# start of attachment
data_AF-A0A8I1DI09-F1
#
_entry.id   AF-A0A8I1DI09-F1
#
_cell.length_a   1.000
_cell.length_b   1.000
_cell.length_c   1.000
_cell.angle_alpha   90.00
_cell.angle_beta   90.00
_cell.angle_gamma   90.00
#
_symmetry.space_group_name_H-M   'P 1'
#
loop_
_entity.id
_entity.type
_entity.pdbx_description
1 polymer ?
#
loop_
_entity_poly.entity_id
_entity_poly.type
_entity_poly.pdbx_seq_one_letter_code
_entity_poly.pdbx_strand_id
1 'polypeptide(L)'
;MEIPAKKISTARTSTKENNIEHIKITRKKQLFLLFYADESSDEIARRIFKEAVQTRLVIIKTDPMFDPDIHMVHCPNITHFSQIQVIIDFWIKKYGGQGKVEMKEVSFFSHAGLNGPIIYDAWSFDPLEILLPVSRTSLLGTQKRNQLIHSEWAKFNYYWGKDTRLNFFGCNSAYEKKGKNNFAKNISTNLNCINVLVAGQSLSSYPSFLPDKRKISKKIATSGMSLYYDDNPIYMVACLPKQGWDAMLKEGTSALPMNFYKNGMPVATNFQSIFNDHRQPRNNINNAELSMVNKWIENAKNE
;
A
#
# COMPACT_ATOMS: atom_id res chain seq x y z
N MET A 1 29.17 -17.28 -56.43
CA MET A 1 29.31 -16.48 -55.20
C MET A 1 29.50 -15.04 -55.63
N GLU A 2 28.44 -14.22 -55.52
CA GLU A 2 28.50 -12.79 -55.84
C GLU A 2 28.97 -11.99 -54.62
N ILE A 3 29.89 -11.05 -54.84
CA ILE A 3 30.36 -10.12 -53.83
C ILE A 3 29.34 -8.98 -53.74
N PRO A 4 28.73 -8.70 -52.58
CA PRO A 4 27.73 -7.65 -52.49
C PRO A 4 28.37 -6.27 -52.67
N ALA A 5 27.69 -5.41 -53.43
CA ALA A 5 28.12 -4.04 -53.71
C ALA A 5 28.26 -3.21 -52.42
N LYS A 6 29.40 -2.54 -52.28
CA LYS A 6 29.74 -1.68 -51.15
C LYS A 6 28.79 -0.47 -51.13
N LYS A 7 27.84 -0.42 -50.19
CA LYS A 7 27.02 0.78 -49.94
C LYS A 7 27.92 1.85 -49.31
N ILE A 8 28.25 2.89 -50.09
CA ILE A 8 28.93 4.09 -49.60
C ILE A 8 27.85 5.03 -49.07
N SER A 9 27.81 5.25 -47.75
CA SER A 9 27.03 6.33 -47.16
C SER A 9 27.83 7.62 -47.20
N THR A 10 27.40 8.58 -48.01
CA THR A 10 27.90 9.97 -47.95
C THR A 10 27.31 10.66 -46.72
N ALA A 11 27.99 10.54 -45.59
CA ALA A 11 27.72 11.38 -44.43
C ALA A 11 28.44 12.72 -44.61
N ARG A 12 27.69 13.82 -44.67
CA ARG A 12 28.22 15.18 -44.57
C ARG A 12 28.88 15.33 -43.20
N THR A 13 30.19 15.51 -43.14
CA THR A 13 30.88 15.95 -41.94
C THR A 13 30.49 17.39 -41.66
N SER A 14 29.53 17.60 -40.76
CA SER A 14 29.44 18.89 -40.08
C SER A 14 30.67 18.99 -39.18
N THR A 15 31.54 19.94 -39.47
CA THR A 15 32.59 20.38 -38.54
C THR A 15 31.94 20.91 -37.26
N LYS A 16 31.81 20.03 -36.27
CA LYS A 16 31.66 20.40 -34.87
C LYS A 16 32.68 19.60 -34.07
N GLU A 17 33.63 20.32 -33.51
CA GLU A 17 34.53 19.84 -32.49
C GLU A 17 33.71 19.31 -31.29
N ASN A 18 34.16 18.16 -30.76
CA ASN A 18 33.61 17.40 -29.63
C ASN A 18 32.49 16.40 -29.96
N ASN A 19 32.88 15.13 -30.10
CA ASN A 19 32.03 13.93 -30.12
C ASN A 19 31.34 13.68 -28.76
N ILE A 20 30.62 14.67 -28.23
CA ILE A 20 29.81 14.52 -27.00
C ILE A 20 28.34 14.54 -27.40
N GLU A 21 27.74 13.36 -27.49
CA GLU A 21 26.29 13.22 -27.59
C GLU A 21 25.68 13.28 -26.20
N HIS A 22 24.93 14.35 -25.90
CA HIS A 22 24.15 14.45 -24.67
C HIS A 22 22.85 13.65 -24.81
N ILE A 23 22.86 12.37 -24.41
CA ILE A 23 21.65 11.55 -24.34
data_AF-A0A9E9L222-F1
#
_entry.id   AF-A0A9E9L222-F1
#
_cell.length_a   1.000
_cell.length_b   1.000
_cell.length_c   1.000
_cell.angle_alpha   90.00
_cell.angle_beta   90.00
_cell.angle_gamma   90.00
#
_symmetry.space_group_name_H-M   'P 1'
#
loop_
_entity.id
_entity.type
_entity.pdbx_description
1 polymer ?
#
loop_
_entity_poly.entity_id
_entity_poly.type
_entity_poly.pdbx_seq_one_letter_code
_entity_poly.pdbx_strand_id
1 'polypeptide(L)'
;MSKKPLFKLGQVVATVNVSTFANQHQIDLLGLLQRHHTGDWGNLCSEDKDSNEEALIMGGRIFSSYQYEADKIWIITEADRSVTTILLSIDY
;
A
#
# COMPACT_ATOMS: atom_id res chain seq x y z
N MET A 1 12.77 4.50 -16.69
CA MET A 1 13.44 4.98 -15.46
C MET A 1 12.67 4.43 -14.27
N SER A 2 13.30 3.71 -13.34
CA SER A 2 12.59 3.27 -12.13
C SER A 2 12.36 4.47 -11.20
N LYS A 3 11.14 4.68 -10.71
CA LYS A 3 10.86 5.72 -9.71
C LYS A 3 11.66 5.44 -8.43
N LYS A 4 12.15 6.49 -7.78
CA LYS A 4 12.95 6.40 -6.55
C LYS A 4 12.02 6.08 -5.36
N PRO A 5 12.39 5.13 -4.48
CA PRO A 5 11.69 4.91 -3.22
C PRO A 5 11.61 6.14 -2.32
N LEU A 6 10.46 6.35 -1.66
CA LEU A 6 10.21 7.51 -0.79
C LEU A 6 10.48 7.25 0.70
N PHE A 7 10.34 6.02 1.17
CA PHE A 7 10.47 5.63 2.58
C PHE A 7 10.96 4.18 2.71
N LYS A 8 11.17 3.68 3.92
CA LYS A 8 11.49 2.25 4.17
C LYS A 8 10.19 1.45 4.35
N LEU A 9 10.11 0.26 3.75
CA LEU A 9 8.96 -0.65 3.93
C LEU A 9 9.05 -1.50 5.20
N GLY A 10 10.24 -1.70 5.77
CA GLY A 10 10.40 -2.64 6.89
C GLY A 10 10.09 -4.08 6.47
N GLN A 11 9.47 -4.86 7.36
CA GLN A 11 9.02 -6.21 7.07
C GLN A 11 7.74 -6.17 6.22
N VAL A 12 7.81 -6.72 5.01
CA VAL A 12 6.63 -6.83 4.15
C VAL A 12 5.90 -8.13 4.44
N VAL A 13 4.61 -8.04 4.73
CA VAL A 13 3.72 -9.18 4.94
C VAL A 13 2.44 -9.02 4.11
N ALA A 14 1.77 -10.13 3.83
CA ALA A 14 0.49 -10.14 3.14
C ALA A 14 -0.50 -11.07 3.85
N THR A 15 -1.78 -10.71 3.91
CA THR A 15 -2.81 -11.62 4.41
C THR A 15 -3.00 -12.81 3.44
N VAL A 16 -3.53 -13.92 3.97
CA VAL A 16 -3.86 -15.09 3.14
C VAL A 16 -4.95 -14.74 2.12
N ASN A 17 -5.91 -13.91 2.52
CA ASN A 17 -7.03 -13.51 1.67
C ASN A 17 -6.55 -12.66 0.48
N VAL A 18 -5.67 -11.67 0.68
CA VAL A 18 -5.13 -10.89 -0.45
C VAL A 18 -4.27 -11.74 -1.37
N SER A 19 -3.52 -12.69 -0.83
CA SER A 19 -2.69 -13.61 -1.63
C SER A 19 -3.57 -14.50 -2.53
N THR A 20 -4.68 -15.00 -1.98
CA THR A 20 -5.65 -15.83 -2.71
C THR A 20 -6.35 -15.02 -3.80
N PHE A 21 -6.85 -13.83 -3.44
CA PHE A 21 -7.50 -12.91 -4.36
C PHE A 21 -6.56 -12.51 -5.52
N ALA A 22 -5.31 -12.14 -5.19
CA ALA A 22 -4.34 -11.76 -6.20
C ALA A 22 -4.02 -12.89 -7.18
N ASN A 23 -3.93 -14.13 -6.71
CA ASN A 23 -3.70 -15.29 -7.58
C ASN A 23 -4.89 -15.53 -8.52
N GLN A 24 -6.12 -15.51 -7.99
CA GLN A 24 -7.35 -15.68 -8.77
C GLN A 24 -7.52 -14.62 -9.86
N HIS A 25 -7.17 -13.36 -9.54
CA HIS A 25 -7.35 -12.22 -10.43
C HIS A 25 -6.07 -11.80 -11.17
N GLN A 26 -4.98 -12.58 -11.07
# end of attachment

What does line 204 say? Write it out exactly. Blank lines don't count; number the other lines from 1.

N GLN A 26 -4.98 -12.58 -11.07